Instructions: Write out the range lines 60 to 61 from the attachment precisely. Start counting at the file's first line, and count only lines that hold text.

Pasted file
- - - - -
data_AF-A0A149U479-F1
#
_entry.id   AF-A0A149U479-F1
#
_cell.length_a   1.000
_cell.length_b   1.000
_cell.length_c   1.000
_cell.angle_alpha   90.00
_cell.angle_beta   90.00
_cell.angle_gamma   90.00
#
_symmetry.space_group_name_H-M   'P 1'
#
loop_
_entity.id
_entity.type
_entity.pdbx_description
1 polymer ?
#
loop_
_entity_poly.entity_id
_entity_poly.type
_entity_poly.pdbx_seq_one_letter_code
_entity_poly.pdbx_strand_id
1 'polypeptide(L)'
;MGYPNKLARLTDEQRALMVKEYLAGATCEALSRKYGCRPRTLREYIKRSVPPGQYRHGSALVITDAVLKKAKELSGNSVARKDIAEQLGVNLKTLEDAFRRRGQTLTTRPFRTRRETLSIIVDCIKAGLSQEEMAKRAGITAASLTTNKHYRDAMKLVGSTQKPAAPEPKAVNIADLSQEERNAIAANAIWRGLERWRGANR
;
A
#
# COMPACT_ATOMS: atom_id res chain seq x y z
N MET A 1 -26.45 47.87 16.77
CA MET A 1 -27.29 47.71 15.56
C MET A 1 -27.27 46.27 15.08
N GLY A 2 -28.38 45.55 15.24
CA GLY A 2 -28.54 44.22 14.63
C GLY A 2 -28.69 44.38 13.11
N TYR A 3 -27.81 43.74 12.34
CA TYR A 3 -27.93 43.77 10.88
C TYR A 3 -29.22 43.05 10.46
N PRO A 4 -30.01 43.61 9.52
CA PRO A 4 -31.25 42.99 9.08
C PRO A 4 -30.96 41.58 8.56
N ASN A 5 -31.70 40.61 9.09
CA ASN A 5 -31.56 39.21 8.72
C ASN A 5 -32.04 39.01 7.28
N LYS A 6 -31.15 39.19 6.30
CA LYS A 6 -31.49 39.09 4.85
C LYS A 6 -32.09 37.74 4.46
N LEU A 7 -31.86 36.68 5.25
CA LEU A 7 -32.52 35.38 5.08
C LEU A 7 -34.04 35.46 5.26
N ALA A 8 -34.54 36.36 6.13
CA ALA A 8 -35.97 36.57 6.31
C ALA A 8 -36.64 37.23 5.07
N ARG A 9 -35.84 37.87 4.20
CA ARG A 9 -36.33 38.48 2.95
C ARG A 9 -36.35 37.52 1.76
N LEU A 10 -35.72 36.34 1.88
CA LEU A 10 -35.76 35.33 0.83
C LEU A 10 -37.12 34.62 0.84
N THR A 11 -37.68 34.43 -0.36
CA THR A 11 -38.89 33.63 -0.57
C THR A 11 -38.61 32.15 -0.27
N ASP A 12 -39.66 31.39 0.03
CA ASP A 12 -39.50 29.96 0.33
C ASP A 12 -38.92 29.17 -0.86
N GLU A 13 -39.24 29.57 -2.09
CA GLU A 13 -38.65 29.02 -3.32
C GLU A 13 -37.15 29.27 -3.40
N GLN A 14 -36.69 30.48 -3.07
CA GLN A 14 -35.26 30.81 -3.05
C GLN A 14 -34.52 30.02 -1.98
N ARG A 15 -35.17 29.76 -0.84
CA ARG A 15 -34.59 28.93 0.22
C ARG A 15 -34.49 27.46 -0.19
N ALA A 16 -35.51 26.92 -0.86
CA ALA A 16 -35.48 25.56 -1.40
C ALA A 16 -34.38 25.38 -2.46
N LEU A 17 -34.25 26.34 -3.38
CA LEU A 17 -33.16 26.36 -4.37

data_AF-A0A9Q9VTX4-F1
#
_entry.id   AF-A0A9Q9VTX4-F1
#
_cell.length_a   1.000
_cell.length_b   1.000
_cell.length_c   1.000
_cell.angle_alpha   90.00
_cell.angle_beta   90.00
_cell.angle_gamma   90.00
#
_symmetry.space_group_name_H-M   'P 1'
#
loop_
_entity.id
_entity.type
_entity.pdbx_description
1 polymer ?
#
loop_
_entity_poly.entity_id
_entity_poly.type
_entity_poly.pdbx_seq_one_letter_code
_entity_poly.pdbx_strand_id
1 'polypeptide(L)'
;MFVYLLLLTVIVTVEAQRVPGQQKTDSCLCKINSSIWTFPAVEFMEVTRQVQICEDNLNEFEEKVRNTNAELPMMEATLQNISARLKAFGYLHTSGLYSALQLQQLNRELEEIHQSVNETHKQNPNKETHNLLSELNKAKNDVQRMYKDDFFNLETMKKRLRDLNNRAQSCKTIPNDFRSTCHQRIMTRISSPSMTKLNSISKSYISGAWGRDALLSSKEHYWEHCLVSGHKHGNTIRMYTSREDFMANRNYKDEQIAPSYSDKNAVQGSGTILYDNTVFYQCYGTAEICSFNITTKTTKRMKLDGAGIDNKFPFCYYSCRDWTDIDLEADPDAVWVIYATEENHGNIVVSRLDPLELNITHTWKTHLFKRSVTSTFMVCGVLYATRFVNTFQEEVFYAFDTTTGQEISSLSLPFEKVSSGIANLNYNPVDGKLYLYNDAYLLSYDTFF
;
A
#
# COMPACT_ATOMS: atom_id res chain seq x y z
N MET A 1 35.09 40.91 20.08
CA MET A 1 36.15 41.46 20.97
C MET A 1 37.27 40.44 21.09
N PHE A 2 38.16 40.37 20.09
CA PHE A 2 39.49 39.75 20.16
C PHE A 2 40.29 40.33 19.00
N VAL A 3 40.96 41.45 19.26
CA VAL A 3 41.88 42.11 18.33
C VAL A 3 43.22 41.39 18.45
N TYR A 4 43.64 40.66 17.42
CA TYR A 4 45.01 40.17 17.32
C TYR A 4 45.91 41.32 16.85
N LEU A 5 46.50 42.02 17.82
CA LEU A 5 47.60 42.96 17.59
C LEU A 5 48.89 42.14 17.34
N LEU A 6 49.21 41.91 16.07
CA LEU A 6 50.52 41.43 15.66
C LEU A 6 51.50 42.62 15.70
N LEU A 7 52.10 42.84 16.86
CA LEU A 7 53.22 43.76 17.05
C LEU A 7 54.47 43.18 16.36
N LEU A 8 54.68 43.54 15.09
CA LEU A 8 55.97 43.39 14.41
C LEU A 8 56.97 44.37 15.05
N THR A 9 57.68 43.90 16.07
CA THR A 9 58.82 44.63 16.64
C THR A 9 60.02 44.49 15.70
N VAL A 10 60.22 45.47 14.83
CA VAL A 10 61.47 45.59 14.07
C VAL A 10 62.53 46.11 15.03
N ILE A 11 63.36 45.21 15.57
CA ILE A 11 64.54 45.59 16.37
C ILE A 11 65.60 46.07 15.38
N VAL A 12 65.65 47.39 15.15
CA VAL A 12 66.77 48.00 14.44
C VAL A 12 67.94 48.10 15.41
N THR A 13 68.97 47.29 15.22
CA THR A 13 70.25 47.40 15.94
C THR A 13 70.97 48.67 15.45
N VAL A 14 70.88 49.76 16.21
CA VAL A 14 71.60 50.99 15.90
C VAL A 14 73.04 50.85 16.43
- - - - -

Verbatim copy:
C LEU A 10 -37.12 34.62 0.84
N THR A 11 -37.68 34.43 -0.36